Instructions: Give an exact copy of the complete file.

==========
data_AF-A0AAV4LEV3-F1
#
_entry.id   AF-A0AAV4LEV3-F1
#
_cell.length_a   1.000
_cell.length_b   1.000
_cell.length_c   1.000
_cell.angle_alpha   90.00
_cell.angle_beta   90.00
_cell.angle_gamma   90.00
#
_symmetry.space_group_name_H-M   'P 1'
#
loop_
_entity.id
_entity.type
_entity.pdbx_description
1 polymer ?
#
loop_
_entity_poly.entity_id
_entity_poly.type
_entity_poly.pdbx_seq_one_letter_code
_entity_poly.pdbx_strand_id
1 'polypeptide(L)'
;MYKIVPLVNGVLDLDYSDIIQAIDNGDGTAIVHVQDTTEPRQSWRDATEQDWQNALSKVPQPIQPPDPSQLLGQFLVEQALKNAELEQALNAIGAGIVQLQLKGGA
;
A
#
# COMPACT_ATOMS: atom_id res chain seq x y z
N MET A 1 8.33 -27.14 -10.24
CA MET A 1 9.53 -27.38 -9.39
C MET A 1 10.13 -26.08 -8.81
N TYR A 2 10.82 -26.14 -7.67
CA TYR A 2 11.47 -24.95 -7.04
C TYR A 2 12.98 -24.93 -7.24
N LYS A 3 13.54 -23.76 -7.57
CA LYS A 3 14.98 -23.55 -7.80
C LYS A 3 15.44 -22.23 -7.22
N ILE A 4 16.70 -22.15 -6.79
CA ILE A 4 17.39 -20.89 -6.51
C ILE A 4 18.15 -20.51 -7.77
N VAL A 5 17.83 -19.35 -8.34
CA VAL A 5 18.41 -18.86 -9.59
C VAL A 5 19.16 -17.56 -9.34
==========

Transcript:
data_AF-A0AAV4LEV3-F1
#
_entry.id   AF-A0AAV4LEV3-F1
#
_cell.length_a   1.000
_cell.length_b   1.000
_cell.length_c   1.000
_cell.angle_alpha   90.00
_cell.angle_beta   90.00
_cell.angle_gamma   90.00
#
_symmetry.space_group_name_H-M   'P 1'
#
loop_
_entity.id
_entity.type
_entity.pdbx_description
1 polymer ?
#
loop_
_entity_poly.entity_id
_entity_poly.type
_entity_poly.pdbx_seq_one_letter_code
_entity_poly.pdbx_strand_id
1 'polypeptide(L)'
;MYKIVPLVNGVLDLDYSDIIQAIDNGDGTAIVHVQDTTEPRQSWRDATEQDWQNALSKVPQPIQPPDPSQLLGQFLVEQALKNAELEQALNAIGAGIVQLQLKGGA
;
A
#
# COMPACT_ATOMS: atom_id res chain seq x y z
N MET A 1 8.33 -27.14 -10.24
CA MET A 1 9.53 -27.38 -9.39
C MET A 1 10.13 -26.08 -8.81
N TYR A 2 10.82 -26.14 -7.67
CA TYR A 2 11.47 -24.95 -7.04
C TYR A 2 12.98 -24.93 -7.24
N LYS A 3 13.54 -23.76 -7.57
CA LYS A 3 14.98 -23.55 -7.80
C LYS A 3 15.44 -22.23 -7.22
N ILE A 4 16.70 -22.15 -6.79
CA ILE A 4 17.39 -20.89 -6.51
C ILE A 4 18.15 -20.51 -7.77
N VAL A 5 17.83 -19.35 -8.34
CA VAL A 5 18.41 -18.86 -9.59
C VAL A 5 19.16 -17.56 -9.34